I was searching around for some well-cited academic analysis and/or non-fiction Heinlein might have written that could clarify his intentions and beliefs relevant to feminist criticism and came upon this question. I can't do much more than round out the perspectives on Heinlein's general portrayals (as being mostly positive) with some canonical examples that ...
...You got me, it's a tip of the hat to Heinlein. I've put in several homages to my favorite authors and at least one nod to a television show so far...but yep, that's Heinlein.
However, the reasons the character Ia gives for boot chevrons during Basic Training in the first book, A SOLDIER'S DUTY, are the actual reasons the DoI (Department of Innovations) ...
It's We Can Build You. Well, I think it is because my edition has on page 5:
To Robert and Ginny Heinlein, whose kindness to us meant more than ordinary words can answer.
However the edition on Amazon does not have this page. My edition is the 1994 one from Vintage Books/Random House while the one on Amazon is a 2012 edition from Mariner Books/Houghton ...
The story Time for the Stars has the Long Range Foundation which does what you say: it invests in projects very unlikely to yield any short-term profit but somehow keeps hitting paydirt.
In the story, they're involved in a project to develop telepathic skills in twins so that ships can be sent out into space and still be in touch with each other and earth.
Consider this photo of Eddie Cochran:
Compare that with a crew cut (1943):
Heinlein doesn't mean Beatles long.
He means rock star long which was still much longer and puffed up than the average well-dressed business man of the age.
The full quote (from Stranger in a Strange Land, Pt. II His Preposterous Heritage, Ch. 1),
“Sit back down—and for God’s sake quit trying to be as nasty as I am;
you don’t have my years of practice. Now let me get something
straight: you are not in my debt. You can’t be. Impossible—because I
never do anything I don’t want to do. Nor does anyone, but ...
Mike really did have an awesome AI.
If you read Moon by itself, the question could be valid, but Mike, Mannie and Wyo all show up in later books, and, in fact, 'The Cat Who Walks thru Walls' has recovering Mike as a major plot point. The nature of his growth thru 'Moon' is a major reason they want to acquire him; Deety (a computer expert) points out that ...
According to this article on History Things, the Rolligon was invented in the 1950s, well before The Moon Is A Harsh Mistress was written.
See also this preview of THREE-WHEELERS PAST, PRESENT & FUTURE vol.1 on Google Books.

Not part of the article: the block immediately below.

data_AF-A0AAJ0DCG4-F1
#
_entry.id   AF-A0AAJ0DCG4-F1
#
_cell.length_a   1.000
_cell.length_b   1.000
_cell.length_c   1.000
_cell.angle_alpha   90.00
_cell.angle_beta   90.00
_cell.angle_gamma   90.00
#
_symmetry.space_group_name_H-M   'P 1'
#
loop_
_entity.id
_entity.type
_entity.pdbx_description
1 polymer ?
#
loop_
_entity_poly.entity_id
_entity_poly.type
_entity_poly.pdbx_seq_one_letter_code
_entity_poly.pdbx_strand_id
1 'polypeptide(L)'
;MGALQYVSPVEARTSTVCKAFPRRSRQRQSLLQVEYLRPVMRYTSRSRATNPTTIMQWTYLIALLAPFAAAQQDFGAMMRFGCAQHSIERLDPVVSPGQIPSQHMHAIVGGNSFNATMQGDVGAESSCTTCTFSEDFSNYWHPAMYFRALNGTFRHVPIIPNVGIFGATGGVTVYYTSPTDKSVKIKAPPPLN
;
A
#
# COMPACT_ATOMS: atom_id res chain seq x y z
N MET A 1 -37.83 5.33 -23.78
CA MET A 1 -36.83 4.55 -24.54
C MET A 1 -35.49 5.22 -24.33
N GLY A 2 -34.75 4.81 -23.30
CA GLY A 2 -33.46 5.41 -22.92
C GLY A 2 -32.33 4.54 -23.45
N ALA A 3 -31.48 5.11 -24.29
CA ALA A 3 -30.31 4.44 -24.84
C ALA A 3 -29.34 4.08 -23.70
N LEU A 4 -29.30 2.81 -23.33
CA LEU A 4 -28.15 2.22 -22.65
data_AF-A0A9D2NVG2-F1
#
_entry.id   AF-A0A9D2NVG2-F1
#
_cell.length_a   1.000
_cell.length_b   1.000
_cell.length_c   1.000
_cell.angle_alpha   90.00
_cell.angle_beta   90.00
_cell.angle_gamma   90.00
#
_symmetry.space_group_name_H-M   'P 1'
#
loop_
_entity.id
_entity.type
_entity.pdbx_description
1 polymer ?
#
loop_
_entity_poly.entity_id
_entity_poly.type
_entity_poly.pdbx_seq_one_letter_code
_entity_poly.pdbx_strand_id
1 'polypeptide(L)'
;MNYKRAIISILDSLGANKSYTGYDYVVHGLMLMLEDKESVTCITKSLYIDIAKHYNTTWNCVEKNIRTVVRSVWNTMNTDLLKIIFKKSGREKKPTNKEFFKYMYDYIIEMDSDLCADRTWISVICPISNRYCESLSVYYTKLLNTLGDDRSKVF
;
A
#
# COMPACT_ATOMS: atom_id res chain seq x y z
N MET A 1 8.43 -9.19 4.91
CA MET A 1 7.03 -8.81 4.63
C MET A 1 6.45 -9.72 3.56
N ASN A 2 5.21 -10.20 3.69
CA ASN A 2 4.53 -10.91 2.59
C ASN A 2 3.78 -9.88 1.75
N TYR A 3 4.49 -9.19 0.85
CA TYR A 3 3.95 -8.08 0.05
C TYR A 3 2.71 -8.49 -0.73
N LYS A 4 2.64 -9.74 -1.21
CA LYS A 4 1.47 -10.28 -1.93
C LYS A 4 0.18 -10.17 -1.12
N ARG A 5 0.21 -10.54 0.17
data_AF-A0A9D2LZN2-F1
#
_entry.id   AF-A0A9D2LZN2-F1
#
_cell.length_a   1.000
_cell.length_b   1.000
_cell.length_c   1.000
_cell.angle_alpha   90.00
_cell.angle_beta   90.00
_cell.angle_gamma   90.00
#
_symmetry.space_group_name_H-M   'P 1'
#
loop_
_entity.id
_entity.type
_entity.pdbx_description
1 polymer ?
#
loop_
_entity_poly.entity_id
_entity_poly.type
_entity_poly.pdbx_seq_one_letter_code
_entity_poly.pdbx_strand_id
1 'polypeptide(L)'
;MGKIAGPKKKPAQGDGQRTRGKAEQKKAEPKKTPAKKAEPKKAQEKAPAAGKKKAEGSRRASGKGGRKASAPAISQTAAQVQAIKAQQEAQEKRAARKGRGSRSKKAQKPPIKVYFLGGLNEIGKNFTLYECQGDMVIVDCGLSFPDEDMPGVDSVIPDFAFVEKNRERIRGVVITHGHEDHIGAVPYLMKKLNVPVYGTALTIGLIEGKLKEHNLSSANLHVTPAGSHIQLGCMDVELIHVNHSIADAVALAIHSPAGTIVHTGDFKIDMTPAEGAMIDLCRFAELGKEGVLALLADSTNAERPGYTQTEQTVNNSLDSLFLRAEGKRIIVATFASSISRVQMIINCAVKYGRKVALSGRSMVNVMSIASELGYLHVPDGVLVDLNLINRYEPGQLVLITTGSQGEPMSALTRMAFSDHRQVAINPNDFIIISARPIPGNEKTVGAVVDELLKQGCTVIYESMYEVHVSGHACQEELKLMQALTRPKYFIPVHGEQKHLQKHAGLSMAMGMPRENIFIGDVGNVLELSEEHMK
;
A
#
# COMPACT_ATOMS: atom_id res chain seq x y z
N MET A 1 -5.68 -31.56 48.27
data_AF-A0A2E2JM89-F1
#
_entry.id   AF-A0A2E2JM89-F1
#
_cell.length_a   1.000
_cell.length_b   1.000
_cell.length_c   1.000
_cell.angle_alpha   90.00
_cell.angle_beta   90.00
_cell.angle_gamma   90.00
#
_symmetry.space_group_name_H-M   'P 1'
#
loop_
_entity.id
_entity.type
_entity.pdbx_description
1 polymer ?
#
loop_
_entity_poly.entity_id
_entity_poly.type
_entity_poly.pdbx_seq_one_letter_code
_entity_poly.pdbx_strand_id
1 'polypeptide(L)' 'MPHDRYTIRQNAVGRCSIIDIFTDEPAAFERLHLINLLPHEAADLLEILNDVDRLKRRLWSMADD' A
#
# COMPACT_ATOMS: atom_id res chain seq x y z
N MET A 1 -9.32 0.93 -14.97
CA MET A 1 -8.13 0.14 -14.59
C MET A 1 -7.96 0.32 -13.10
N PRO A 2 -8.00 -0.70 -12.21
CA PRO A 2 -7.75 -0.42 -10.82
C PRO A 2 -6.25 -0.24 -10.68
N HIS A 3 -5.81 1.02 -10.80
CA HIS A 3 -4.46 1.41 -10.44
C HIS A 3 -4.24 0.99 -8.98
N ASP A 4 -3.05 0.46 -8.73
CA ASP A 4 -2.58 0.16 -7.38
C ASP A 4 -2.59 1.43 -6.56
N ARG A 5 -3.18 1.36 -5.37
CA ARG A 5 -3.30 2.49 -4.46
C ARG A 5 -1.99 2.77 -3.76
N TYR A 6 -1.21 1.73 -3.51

So basically a Rolligon is a vehicle that can travel over rough terrain. Here on Earth, most people never need to use such ...
Possibly this, taken from Friday (1982), nothing about child molesters though:
"I can't. Mama cat and her kittens. Black Beauty and Demon and Star and Red... I can't".
There wasn't anything to say, so I didn't. The coldest depth of Hell is reserved for people who abandon kittens.
Found... Probably by overkilling it. I searched this site for ...
Possibly Heinlein's If This Goes On—.
The hero isn't exactly a monk, but lives a rather monkish life as part of a military order who provide guards for the Prophet Incarnate, a religious dictator.
At one point,a more experienced and cynical character slips an incriminating note to the hero, but fears he may have let the eye (read CCTV) see it. He ...
lays out a view of the future where only the military is allowed full citizenship
Citizenship is not about military. It is tied to responsibility. As it should. And opposite as we have it most places in today's world, especially where "democracy" reigns.
And responsibility must be demonstrated up-start, and lasting as long as one's life.
In the ST world ...
No, the idiom that X is a Harsh Mistress or X is a Cruel Mistress is old indeed, going back at least to the 1800s for "Harsh" and the 1600s for "Cruel". You might want to look at THIS page for examples.
From the link:
A poem from 1910
To a Pessimist
Life like a cruel mistress woos
the passionate heart of man, you say,
Only in mockery to ...
From Wikipedia, sourced to Heinlein's posthumous autobiography Grumbles from the Grave:
Heinlein's original title for the novel was The Brass Cannon, replaced with the final title at the publisher's request.
The title is probably inspired by the following quote from the novel (emphasis mine):
"I accept the title—nay, I glory in the title of 'jailbird....